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New health tech aims to save lives, time and money

19 June 2024

Intensive Care Units (ICU) are one of the fastest growing and most expensive arms of healthcare, and only approximately one percent of data created within an ICU is used for patient care.  

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Photo caption: University of Canterbury Engineering researchers Distinguished Professor Geoff Chase and Lecturer Dr Lui Holder-Pearson.

Te Whare Wānanga o Waitaha | University of Canterbury researchers Distinguished Professor Geoff Chase and Dr Lui Holder-Pearson are building technology to save lives, time and money. 

The research focuses on two of the most intricate and costly elements of the ICU, ventilation and sedation.  

Using digital twins, meshed with a digital cockpit, a patient’s own unique information such as the amount of sedating medication needed, pressure and flow to the lungs can be used to personalise and improve their care leading to better outcomes, which isn’t possible with current technology.

Using this data to optimise mechanical ventilation is key to saving lives and reducing cost.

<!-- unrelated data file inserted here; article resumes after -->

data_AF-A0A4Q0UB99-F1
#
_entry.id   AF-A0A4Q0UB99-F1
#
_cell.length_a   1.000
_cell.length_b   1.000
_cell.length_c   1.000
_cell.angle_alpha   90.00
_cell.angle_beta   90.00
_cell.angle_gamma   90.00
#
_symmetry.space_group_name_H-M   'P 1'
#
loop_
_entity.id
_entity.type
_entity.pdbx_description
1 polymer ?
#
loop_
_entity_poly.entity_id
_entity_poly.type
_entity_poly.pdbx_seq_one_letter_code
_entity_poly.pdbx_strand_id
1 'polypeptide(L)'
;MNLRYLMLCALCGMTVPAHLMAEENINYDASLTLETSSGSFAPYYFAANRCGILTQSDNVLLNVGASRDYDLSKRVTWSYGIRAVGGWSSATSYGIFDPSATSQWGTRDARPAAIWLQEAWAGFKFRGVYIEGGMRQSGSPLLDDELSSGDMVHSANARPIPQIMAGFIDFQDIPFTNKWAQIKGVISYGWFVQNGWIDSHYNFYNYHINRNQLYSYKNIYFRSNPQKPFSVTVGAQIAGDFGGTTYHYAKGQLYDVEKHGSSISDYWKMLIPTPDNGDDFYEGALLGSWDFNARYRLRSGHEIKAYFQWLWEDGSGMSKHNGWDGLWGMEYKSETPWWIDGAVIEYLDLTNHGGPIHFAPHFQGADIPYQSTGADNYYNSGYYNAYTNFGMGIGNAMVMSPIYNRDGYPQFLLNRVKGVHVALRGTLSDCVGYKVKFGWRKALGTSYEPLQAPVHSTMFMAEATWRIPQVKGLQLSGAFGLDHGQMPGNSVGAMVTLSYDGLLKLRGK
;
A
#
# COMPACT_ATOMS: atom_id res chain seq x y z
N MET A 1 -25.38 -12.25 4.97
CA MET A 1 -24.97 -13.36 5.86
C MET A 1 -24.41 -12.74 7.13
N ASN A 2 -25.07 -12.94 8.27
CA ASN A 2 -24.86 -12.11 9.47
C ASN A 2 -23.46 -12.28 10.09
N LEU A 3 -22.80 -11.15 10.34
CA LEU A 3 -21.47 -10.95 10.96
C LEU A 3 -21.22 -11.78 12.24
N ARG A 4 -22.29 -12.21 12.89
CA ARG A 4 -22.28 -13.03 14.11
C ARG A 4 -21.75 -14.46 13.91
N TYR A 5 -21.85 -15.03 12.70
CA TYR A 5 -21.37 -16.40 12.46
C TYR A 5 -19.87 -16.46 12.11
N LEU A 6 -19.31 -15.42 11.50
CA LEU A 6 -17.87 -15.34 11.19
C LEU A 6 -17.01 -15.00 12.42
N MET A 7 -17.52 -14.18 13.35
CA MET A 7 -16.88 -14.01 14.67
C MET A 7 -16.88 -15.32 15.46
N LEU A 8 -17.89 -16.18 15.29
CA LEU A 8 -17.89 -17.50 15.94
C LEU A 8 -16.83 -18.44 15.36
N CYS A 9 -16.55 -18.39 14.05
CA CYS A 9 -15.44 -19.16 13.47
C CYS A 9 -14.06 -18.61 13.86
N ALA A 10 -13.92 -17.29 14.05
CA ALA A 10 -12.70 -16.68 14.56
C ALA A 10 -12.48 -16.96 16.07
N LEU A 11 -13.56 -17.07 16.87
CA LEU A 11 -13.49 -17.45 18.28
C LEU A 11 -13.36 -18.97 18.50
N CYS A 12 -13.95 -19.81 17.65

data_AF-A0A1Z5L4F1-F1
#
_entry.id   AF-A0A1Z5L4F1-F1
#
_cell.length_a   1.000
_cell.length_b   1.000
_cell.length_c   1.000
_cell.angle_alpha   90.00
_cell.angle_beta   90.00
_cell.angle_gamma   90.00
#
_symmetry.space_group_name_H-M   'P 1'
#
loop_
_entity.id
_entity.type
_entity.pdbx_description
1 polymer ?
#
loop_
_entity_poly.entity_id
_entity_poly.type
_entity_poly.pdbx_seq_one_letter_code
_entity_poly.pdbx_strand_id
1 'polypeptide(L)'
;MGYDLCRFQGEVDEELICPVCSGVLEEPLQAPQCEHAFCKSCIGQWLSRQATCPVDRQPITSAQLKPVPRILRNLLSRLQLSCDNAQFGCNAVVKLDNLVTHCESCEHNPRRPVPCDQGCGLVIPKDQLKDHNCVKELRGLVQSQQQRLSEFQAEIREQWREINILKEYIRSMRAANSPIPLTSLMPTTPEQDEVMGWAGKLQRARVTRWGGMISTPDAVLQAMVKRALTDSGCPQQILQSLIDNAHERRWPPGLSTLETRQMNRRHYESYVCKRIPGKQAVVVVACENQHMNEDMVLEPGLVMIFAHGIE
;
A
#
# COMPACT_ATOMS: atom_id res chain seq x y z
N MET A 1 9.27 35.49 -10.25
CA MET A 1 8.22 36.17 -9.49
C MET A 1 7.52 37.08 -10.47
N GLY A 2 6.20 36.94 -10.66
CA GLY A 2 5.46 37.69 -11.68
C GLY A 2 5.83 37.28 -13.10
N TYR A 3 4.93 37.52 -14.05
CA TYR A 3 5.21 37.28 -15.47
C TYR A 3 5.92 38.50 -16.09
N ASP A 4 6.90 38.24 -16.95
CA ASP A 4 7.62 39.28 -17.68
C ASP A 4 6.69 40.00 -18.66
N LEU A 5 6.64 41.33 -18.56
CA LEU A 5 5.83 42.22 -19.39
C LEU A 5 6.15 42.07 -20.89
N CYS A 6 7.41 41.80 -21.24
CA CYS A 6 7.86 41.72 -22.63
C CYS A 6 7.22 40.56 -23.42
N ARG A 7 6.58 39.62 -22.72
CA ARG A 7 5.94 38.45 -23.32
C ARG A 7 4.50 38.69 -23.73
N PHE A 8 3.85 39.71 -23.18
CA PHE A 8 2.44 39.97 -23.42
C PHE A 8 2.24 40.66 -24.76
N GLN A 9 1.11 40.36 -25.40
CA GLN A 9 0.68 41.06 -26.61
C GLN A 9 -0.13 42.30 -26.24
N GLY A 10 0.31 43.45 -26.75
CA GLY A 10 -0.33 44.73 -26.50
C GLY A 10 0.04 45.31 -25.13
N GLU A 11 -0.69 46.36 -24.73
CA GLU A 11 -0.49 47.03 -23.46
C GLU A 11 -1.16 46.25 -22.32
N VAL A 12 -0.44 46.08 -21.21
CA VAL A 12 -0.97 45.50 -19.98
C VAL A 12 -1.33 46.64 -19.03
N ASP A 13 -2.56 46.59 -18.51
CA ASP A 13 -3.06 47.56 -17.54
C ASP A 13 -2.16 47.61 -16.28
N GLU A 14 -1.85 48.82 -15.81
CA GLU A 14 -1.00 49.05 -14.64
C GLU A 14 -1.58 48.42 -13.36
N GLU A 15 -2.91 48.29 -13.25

“The sooner you can get a patient off a ventilator, the better their chances of survival,” Distinguished Professor Chase says.  

“When a person requires ventilation, the cost of each day in the ICU doubles. Not only does a reduction of time on a ventilator lead to better outcomes for patients, but annually for New Zealand this would equate to a $17 million potential saving for just a single day reduction.”

“In ventilation, lung stiffness is crucial; the stiffer the lung, the less responsive it is to pressure. Applying more pressure can help some unhealthy parts recover but may damage healthy areas.  

However, the teams research would alleviate this difficulty. “We use models to assess this balance, evaluating every breath per minute. This allows us to predict whether more pressure, volume, or oxygen will help the patient gain lung volume without causing damage.”

For patients to receive the 24/7 level of care they require, a current staff to patient ratio of approximately 6:1 is needed in Aotearoa ICUs. Comparatively in Hungary or Belgium it is 2 and 5, respectively, due to rising costs and rising demand for care. Digital technologies can help us achieve the added productivity required and help support nurses and doctors in their roles.  

This innovation will not only benefit New Zealand, but also has the potential to impact global healthcare systems, especially in the US and EU markets, research partner Dr Holder-Pearson says. “The global medical device industry is expected to reach $750 billion by 2030, so these innovations position New Zealand at the forefront of a rapidly growing market.

“Our research aims to address the outdated integration of hardware and software in medical devices, paving the way for a new era of high-value, software-based medical devices and services.”


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